PI: MELISSA DEROSIER, PHD
TERM: 09/07 – 08/08
Decades of research indicate that social-behavioral deficits negatively affect adjustment and place children at increased risk for a myriad of later negative outcomes including depression, substance abuse, and delinquency. Without intervention, social-behavioral problems tend to persist and escalate over time which, in turn, may have a tremendous impact on mental health. Social skills training (SST) is supported as an efficacious method for significantly improving children’s peer relations, social behavior, and emotional adjustment and reducing risk of developmental psychopathology. Further, the efficacy of SST interventions is enhanced when training extends outside a treatment setting with practice opportunities.
The goal of this SBIR Phase I project was to extend an existing evidence-based small group SST program for children (S.S.GRIN) into the home environment through a computer-based interactive social tutoring system (ISTS). Developed through a unique multi-disciplinary collaboration between computer science and psychology, the ISTS offers tailored interactive social problem-solving exercises that parallel S.S.GRIN’s in-person intervention. For Phase I, the software user-interface, including graphic design, as well as modes of user interaction, story plot and sequence, and hierarchy of causal relations were developed. Development was built on 3-C ISD’s existing work on pedagogical agents in social stories and animation for SST. Via the ISTS, children actively solve plot-based social problems by interacting with pedagogical agents. The interactivity of ISTS is a significant technological advancement over current SST software as it allows story events to be scaffolded based on a child’s actions and goals. In addition, the ISTS reporting feature provides intervention providers with feedback regarding children’s performance to inform their in-person SST efforts. An initial feasibility test was conducted with school- and community-based child mental health professionals and with children ages 8-12 and their parents. Results indicated children’s performance on social problem solving tasks was related to their behavior and social skills as assessed through an independent standardized instrument and inter-relations were meaningfully linked to the intended task content. Parent ratings of the ISTS were positive (e.g., high quality, easy to use, positive learning experience, effective for teaching social skills). Similarly children rated the ISTS positively and stated they would like to do more of it.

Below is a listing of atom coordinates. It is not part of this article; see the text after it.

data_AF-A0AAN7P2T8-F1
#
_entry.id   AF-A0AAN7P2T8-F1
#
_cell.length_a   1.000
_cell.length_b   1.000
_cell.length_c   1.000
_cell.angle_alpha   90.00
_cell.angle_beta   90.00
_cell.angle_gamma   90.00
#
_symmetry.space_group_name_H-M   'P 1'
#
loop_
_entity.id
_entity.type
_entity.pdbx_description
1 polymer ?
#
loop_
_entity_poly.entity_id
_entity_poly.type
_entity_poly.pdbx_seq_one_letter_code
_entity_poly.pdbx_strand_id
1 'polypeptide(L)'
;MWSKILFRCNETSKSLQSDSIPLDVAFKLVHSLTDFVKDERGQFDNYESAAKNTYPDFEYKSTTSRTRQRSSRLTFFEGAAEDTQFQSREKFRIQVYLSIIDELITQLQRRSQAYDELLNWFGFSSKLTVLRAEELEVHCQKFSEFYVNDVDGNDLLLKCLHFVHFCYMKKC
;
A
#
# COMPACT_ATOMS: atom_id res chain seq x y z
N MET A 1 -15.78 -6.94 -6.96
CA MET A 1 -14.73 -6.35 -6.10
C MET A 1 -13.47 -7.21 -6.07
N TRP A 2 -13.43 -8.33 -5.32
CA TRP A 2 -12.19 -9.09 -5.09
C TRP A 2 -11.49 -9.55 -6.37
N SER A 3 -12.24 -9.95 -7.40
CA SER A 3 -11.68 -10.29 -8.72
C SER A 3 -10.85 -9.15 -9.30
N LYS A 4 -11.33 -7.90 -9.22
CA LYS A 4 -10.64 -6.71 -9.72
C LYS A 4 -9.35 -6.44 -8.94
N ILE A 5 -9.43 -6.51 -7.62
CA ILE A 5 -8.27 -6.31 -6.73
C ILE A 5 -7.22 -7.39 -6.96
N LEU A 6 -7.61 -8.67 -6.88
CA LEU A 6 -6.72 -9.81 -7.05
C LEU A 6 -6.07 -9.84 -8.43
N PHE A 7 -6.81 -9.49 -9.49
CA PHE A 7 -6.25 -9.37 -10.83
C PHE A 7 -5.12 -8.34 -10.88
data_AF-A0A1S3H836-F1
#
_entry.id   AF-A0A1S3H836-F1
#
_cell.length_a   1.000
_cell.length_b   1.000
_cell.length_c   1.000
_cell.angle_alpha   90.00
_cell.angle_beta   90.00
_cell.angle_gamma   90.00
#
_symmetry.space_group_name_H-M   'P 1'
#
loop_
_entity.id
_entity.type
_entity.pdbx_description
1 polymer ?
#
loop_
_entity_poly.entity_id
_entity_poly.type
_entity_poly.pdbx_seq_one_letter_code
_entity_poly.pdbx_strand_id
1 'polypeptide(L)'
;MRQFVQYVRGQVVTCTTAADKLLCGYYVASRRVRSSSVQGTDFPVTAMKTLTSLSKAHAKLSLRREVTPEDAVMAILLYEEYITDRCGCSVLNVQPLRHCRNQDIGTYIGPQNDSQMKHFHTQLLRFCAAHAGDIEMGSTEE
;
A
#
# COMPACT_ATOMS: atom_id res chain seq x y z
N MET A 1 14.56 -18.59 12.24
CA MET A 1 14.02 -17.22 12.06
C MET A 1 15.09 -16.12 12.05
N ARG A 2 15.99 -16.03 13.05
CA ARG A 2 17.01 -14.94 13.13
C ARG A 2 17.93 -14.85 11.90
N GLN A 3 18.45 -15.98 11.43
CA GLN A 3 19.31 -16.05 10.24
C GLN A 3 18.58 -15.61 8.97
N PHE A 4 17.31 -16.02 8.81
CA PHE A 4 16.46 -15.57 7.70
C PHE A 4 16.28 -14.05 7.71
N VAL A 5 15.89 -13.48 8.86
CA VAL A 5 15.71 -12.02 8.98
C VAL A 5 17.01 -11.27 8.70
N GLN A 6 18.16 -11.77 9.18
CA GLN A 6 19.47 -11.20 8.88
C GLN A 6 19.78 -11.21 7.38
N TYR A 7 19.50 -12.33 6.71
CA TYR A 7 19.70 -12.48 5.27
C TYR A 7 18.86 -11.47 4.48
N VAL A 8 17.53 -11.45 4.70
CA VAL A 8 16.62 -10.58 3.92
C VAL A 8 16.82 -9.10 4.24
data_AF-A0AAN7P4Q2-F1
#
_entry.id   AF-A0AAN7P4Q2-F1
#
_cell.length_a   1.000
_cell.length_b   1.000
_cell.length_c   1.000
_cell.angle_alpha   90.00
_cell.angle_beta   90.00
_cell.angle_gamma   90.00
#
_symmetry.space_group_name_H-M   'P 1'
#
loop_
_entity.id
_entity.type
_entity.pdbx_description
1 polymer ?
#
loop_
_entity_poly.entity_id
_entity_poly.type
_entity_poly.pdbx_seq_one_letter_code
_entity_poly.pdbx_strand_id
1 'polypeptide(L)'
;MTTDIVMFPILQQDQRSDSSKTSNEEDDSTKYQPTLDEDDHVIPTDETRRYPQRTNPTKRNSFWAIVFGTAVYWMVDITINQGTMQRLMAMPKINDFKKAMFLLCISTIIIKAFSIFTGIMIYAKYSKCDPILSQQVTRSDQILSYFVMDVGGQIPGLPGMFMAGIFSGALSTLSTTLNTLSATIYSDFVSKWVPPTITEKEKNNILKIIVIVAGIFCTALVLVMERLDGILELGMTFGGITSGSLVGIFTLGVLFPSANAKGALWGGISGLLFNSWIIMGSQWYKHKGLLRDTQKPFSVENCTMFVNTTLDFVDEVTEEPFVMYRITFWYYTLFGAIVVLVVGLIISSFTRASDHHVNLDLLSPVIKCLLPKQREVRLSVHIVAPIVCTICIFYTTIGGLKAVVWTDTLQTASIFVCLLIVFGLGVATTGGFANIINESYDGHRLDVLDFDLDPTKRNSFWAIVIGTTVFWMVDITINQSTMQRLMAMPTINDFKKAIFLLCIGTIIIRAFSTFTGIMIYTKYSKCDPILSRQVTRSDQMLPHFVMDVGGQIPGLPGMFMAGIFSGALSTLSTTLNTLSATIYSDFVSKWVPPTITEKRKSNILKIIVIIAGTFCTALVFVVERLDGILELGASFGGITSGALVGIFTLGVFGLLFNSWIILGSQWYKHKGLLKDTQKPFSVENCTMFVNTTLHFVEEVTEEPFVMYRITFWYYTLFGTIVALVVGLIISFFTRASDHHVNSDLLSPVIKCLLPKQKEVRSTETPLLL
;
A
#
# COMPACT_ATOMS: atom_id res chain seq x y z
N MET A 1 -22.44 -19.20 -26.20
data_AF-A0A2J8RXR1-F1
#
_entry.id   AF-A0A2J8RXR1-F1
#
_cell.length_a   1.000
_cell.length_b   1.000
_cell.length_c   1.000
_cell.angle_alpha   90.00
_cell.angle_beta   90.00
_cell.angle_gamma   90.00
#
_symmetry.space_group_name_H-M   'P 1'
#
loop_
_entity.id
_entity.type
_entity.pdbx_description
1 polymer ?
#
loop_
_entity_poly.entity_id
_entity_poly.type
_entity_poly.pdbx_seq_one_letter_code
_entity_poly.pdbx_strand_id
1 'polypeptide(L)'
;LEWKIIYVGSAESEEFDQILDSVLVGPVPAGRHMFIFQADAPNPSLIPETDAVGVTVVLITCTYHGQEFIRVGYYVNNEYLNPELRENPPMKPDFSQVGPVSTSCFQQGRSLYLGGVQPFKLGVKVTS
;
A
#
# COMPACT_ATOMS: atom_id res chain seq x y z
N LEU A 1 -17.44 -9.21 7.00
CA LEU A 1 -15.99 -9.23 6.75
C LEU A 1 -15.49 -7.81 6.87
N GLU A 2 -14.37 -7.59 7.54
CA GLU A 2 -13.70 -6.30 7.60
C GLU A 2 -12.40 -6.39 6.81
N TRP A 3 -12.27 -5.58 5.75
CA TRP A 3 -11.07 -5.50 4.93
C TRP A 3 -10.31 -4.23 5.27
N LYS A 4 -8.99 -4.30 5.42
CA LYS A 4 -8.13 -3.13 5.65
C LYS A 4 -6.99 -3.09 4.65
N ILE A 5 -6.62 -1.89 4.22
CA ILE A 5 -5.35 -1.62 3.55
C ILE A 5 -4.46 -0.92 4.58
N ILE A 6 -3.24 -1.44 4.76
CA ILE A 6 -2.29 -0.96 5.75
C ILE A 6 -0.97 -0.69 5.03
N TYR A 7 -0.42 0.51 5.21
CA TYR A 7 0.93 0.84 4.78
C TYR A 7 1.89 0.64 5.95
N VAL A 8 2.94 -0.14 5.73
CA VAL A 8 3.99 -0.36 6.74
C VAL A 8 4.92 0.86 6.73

Phase I findings provided the foundation for the development and testing of the complete S.S.GRIN-ISTS product during Phase II. Funding will be sought to finalize the ISTS and conduct a scientific evaluation to examine whether inclusion of the ISTS results in enhanced treatment benefits for children’s social skills, behavior, and mental health, greater generalization of skill acquisition, and higher engagement in treatment compared withS.S.GRIN alone.